Raspberry Pi – Hello World with Eclipse and Java


While looking for tutorials about programming the Raspberry Pi, i noticed that most examples are based either on Python or C/C++. However, my preferred programming language is Java and there was suprisingly little to be found in this direction.

So in order to improve the situation a bit, i decided to capture my experiences in a couple of blog posts. This and all follow-up posts are targeted to those who want to use Java as programming language of choice for their Raspberry Pi projects.

I want to point out that i expect some basic knowledge in Java software development, Eclipse IDE, Maven and other related topics from the reader. However, i will also provide all examples as downloadable projects via Git; so it will be easy even for less experienced readers to experiment with the software and to use it as starting point for their own projects.

Git Repository

The example project for this article is org.raspirecipes.helloworld available in the following Git repository:

The Development Environment

Before getting started with the development of Java applications for the Raspberry Pi, we have to set up a development environment.

While it is possible to run IDEs like Eclipse directly on the Raspberry Pi 3 to some extend, a better approach is to use of a more powerful PC, notebook or workstation for this task. Doing this, however, leaves us with some challenges: the IDE used to implement and compile the programs will run on the workstation, but the programs themselves should be deployed, executed and debugged on the RaspberryPi.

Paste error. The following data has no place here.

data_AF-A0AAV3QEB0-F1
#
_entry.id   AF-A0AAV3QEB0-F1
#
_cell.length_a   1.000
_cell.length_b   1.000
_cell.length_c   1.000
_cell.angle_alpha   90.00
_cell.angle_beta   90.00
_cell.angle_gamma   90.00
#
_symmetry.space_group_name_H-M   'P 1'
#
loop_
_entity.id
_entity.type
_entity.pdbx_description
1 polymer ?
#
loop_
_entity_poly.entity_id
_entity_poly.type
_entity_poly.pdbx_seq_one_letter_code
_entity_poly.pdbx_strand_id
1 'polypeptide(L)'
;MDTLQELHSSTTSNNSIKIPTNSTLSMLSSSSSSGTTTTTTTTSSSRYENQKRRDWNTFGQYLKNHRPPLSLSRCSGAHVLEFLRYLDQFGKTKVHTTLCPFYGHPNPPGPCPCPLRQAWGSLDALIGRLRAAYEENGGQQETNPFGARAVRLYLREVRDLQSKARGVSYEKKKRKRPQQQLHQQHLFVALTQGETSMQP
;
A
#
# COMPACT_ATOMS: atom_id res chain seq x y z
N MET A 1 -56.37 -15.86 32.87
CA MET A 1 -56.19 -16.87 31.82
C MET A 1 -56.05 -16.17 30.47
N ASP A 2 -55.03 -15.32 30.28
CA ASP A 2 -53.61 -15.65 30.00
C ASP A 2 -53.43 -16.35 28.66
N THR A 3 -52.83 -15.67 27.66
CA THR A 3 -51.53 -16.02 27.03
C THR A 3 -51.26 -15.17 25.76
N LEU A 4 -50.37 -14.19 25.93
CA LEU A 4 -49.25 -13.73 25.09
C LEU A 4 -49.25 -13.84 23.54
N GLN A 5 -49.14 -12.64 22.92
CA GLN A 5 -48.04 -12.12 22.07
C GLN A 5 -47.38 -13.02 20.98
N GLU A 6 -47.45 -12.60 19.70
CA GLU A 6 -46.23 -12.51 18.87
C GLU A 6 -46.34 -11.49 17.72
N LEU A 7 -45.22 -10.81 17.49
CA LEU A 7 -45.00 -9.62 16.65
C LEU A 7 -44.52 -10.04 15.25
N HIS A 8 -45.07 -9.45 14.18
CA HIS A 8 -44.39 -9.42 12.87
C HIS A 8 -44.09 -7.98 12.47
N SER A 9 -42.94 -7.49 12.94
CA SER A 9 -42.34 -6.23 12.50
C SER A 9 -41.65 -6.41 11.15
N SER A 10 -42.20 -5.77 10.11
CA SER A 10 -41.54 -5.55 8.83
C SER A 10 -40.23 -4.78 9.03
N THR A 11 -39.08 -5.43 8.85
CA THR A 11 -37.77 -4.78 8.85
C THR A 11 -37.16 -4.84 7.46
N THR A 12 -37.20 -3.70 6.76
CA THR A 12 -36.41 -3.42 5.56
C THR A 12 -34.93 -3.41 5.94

Luckily, with some small amount of work we can set up a development environment that enables us to automatically deploy, execute and remote-debug a Java application on the Raspberry Pi.

Here are the tools that i used to accomplish this:

Preparing the RaspberryPi

Here i assume the the Raspberry Pi has already been prepared with a Raspian and is connected to the same network as the workstation.

Static IP Address

The first step is to provide the Raspi with a static IP address. There are two ways to do it:

Provide the IP via DHCP Server (Preferred)

Many home routers allow to set static IP addresses for connected devices. On my FritzBox, this could be set on the following page:

StaticIP_FritzBoxI prefer this method as it is the most flexible. When i move my Raspi to a different WiFi network, it will still connect to the local router and receive it’s IP address and network configuration dynamically.

Static IP via DHCPD

Another way is to change the DHCPCD configuration of the Raspi. In the following example, we set the address for the WiFi interface wlan0.

Please note that the actual values are just examples and have to be adjusted to match the IP network that Raspi is connected to.

Enable SSH Server

The second step is to enable the SSH server on the Raspi. This can easily be done with raspi-config:

Then navigate to 9 Advanced Options -> A4 SSH and enable the SSH server.

raspi-config_SSHFinally, if everything is set up correctly, it should be possible to connect via SSH from the workstation to the Raspi: